How to sew a circle cape: free pattern
Stitch up your own swishy circle cape with this tweed cape tutorial by Portia Lawrie. We'll show you how to make your own cape sewing pattern – perfect for practising sewing with wool-weight fabrics.
Designer Portia Lawrie says: “Capes, ponchos, blanket coats and wraps are always in style, and super-easy to make, too. It’s the perfect on-trend cover up. The addition of the red leather buckle fastening picks up on the fine red line in the check, adds a subtle pop of colour, modernises the look and prevents it looking too... you know, Sherlocky. Construction is straightforward and the shape itself is ‘no pattern required’ with just a bit of elementary maths needed (see what I did there?).” For more warm and cosy sewing patterns, head to our round up of the best coat sewing patterns.
You will need:
- Wool-weight fabric: 2 metres (2¼ yds)
- Iron-on interfacing: see instructions for details
- Bias binding: to fit around the cape
- Tailor’s chalk
- Basic sewing kit
- Use a wool weight fabric with a good drape. We used Edinburgh large check tweed – brown from Minerva Crafts. It’s soft, warm and drapey, perfect for a cape or wrap like this.
- Red leather buckles can easily be bought online – ours was a bag buckle bought from eBay.
- Use a 5mm (¼in) seam allowance throughout.
Start by cutting a square of fabric, the same length as the full width of the fabric. Fold the square in half twice to create a smaller square. There will be one corner where all the folded edges meet. Anchor a tape measure in that corner with a pin.
Decide how long you want your cape to be then add 2.5cm (1in) for hemming to calculate the cut length. Starting with one of the straight edges, measure down it to the cut length and mark with a pin. Using the anchored tape, measure as a kind of pendulum, pivot the tape measure around in an arc and mark out a quarter circle with pins until you reach the other straight edge.
Repeat this process for the neck hole. To calculate the measurement here, measure around your neck to see what would be a comfortable size of neck opening for you. For example, if you want your finished neck hole to be 43cm (17in) then that measurement is the circumference of the circle you need to cut. You need to calculate the radius of that circle using Pi. So: 43 ÷ 6.28 (pi x 2) = 6.8. Therefore, your radius is 6.8cm, so you need to mark your neckline quarter circle to this measurement with a series of pins. This is done in the same way as for the hem, starting from the anchored tape measure in the corner.
Using the pin markers you placed along the hem, chalk a smooth cutting line for your hem quarter circle. Weight the fabric down and cut through all layers at once.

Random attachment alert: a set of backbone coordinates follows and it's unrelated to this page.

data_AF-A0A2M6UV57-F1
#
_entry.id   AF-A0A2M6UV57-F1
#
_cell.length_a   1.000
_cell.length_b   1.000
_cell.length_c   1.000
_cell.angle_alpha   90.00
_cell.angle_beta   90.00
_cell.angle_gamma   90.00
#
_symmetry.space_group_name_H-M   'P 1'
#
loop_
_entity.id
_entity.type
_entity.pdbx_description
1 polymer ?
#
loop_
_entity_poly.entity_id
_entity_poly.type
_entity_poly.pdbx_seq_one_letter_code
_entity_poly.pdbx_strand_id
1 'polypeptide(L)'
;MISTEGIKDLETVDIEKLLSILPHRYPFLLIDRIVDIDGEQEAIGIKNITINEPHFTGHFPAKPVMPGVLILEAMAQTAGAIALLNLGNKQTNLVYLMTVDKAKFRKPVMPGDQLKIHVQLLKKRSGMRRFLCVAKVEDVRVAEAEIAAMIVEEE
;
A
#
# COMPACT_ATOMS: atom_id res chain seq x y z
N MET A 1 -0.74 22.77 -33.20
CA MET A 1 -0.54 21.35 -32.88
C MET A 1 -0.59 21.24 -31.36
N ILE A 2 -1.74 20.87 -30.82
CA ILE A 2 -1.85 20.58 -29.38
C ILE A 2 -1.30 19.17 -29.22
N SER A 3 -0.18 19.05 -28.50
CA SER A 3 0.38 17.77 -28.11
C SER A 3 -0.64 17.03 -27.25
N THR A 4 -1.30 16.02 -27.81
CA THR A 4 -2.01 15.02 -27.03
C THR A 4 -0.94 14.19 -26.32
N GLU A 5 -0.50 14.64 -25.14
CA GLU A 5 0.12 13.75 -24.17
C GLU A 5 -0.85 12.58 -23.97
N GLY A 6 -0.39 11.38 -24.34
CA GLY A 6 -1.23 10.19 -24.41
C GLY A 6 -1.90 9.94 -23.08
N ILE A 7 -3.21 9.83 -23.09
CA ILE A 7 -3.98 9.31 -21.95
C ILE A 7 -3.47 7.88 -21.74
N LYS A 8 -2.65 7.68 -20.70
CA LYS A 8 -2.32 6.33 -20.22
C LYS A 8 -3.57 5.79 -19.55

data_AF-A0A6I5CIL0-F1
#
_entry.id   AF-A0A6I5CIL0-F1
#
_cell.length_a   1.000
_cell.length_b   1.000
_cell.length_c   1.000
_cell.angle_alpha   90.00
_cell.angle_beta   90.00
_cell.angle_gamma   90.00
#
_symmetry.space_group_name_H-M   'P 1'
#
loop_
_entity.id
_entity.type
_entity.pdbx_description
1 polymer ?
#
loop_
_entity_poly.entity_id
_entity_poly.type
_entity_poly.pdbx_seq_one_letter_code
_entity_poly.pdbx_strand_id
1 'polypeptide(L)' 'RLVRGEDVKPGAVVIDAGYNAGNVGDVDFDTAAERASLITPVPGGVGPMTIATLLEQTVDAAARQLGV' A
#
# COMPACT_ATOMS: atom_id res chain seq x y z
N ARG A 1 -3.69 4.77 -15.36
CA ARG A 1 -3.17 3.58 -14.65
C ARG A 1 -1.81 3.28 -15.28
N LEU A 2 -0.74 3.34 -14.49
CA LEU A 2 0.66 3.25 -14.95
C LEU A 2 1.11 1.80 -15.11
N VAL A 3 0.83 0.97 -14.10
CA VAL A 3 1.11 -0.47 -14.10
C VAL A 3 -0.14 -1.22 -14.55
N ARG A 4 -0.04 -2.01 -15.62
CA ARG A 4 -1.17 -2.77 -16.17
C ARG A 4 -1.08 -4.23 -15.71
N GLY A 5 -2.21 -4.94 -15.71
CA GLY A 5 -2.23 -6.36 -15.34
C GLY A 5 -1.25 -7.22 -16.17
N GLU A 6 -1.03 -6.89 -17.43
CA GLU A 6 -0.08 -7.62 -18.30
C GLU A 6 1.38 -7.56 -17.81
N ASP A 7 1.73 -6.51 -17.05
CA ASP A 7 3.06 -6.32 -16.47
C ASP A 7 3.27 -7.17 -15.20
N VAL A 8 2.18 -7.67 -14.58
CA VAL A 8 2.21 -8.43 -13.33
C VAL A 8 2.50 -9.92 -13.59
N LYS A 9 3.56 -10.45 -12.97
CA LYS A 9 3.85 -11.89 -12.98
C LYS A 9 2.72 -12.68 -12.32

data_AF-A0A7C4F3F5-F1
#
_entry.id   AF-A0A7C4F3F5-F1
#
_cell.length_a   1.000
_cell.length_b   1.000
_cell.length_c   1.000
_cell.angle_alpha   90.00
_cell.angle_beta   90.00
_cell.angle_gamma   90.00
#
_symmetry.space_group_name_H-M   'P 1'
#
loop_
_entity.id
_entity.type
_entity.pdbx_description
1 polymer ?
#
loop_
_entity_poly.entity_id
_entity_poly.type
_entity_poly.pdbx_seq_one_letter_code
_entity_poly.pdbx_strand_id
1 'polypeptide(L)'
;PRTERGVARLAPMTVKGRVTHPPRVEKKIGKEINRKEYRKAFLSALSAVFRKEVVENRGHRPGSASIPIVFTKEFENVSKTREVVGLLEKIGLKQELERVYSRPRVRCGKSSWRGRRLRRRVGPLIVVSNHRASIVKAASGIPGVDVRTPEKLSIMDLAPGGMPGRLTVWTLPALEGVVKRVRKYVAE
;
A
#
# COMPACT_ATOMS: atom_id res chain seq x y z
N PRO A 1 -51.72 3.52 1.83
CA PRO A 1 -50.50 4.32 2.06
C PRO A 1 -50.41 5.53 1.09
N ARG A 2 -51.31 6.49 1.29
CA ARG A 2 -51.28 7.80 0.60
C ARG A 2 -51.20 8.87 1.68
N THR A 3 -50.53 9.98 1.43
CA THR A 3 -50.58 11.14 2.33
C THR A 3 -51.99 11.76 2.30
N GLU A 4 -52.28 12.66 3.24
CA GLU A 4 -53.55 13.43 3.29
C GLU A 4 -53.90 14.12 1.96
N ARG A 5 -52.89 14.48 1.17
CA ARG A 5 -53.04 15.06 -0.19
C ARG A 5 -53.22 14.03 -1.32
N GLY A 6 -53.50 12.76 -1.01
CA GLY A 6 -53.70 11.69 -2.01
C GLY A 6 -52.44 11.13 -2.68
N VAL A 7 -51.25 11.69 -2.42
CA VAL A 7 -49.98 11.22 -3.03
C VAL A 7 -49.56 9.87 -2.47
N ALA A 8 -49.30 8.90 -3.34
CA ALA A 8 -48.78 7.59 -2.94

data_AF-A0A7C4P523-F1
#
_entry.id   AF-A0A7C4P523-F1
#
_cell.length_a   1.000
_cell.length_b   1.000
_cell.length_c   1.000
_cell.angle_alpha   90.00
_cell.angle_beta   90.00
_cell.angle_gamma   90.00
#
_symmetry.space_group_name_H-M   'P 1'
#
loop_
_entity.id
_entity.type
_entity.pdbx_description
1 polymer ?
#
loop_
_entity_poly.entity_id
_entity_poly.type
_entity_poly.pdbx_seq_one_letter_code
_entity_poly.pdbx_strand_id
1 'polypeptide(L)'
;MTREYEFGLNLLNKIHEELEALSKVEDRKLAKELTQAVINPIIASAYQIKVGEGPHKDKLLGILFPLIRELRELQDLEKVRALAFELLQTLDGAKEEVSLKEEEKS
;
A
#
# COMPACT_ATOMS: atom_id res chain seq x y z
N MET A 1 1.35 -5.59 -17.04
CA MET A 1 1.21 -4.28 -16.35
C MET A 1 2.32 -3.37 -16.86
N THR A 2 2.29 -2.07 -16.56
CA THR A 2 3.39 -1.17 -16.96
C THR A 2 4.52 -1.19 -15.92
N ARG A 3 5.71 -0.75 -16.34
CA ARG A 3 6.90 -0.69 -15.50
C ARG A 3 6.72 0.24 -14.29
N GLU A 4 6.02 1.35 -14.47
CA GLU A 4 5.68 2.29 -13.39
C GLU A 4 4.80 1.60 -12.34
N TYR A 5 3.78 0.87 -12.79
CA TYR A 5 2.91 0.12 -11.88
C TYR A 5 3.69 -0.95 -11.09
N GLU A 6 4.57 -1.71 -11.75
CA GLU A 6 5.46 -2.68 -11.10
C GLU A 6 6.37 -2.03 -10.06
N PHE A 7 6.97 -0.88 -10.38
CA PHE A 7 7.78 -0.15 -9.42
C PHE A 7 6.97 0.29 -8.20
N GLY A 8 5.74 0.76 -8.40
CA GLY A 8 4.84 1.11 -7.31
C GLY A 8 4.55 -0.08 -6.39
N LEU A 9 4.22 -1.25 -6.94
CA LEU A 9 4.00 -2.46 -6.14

Repeat this for the neckline.
Cut through just one of the folded straight edges from neck edge to bottom to create your cape opening.
Open your cut fabric up and you will have a perfect circle with a smaller cut out circle inside and a single straight edge opening.
With the circle folded in half and all raw edges aligned, remove some of the fullness and add some slope to the shoulders by removing a wedge from the shoulder lines as shown. Draw a line sloping from the neck edge to the bottom, making it 1cm (3⁄8in) wide at the top and 6cm (2½in) wide at the hem. Draw the same line on both sides, then cut along them.
Stitch the cape together along these cut edges. It will be worth pinning these seams first and trying your cape on in case you need to alter them slightly for a more pleasing fit and drape to suit you.
For a clean finish on the neckline and front opening, draft a facing by laying tracing paper over the garment and tracing the neckline curves, shoulder lines and open edge. Trace the front and back pieces separately, and add a 5mm (¼in) seam allowance all the way around. Draw these shapes as paper patterns and use them to cut your facing pieces from the remainder of your cape fabric.
Interface your facing pieces with light to medium weight fusible interfacing pressed to the wrong side. Join each of the three facings at the shoulder seams and finish the outside raw edges.
Pin the facing, right sides (RS) together to the cape neckline and opening. Stitch together then clip the curves.
Press the facing away from garment, then understitch the facing to the seam allowances for a neater edge.
Turn the facing through to the inside of the cape. Poke out the corners at the neckline then press everything thoroughly. Wool like this will often need steaming and ‘clapping’ to get a crisp edge. This entails applying a good amount of steam and then, very quickly whacking the seam really hard with a tailor’s ‘clapper’ (a rolling pin works well for this too!). This action has the effect of forcing the steam out of the fabric at speed which in turn helps it to stay flat.
Hemming curves can be tricky but using bias binding will give your hem a crisp curve. Starting in the centre of the back of the hem, unfold one long edge of your bias binding and, matching raw edges, stitch it RS together along the edges of your cape and facings along the fold line of the bias.
Fold and press the bias binding round to the inside and slip stitch in place by hand, overlapping the short edges.
Stitch your buckle into place and you’re done. Now top with a wide-brimmed felt hat and you’re ready to swoosh!
Essex maker, blogger and creator of The Refashioners, Portia sews, knits and has been a regular contributor to Simply Sewing magazine since it launched in 20015. She’s been writing her blog Makery (formerly Miss P) since 2009 and founded The Refashioners challenge, calling on bloggers to refashion a garment to highlight how cool, creative and ecologically sound refashioning old garments actually is. Portia’s sewing super power is creating easy-to-sew, accessible-for-all garments for Simply Sewing magazine, often with no pattern needed so the maker can draft them to their own measurements. Find her on Instagram @portialawrie.